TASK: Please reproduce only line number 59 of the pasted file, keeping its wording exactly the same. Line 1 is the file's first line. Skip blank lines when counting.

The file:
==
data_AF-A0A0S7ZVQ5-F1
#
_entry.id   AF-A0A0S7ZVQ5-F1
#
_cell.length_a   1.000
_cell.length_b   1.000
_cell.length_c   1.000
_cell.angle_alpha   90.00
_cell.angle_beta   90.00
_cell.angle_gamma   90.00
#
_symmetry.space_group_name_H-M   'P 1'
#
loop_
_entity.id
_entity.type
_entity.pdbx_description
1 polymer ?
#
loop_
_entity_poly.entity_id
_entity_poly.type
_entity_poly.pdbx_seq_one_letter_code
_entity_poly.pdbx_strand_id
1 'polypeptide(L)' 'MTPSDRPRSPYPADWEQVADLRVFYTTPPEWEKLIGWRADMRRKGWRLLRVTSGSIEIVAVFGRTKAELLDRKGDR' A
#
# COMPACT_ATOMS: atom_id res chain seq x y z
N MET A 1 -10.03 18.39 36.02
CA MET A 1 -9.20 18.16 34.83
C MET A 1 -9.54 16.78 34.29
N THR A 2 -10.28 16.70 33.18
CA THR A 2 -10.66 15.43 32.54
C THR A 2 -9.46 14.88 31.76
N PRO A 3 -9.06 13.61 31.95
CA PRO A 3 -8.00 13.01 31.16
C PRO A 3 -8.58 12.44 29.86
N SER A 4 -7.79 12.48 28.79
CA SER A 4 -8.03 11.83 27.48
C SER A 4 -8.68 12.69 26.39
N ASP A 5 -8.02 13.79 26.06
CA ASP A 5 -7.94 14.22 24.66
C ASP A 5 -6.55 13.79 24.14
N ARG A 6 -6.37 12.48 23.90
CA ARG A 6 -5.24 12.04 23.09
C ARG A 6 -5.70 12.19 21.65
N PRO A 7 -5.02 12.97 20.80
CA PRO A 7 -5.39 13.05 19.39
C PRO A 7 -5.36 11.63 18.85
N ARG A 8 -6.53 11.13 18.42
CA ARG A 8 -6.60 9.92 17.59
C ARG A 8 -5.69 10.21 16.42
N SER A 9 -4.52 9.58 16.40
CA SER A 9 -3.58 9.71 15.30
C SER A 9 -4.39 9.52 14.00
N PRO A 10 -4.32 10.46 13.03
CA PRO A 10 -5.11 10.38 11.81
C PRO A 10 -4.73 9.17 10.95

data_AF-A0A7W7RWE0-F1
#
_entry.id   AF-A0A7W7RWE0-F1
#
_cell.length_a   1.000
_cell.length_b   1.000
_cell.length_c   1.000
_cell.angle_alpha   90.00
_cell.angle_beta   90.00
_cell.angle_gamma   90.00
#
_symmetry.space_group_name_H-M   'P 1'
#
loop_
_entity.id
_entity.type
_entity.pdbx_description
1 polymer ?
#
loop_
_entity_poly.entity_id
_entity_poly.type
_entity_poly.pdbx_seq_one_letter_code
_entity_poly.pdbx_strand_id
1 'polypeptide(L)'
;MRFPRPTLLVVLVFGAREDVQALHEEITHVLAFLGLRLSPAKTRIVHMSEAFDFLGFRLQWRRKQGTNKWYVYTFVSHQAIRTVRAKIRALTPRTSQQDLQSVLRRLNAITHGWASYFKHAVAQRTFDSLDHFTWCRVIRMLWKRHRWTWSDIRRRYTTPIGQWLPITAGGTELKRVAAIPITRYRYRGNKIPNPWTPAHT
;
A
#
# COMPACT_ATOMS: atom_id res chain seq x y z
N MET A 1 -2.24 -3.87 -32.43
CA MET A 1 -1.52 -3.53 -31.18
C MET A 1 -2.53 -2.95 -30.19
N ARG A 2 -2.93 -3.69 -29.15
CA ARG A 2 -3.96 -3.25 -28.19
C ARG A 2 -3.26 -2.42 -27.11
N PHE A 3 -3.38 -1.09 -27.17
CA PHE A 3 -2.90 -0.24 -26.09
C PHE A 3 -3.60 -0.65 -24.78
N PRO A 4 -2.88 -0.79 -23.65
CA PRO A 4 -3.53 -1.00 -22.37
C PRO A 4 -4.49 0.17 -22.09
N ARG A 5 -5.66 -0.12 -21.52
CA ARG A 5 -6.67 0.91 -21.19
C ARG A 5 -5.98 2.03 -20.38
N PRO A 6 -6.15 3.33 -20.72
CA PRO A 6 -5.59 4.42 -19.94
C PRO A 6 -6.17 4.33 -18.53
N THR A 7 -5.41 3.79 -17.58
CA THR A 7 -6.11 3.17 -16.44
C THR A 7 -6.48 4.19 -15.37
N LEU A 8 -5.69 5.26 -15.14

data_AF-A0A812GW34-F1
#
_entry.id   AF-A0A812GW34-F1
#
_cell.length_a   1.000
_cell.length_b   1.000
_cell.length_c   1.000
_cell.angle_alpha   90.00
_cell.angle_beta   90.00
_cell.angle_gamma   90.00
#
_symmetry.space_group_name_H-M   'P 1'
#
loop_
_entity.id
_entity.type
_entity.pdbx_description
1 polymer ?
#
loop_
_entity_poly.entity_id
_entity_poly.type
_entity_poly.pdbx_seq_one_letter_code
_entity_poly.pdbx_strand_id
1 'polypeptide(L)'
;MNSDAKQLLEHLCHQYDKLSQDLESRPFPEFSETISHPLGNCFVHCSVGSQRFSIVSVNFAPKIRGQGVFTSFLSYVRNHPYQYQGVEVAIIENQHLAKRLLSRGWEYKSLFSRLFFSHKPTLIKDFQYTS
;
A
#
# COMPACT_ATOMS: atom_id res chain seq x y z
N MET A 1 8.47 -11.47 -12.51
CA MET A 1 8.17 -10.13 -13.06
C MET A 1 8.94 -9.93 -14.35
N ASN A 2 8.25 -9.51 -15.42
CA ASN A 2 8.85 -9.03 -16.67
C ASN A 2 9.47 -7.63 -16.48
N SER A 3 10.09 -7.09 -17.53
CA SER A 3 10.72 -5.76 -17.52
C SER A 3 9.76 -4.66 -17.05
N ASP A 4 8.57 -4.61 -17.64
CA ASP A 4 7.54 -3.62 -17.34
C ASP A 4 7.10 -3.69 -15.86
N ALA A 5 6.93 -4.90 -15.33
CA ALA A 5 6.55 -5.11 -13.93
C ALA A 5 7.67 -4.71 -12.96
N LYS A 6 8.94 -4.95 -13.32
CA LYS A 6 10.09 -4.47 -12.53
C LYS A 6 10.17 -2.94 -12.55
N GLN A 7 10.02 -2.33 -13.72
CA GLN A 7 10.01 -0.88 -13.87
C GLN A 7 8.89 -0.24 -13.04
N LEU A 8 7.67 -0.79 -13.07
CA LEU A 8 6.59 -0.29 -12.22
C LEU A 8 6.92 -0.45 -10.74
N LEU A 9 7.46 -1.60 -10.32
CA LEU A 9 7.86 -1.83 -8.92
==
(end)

#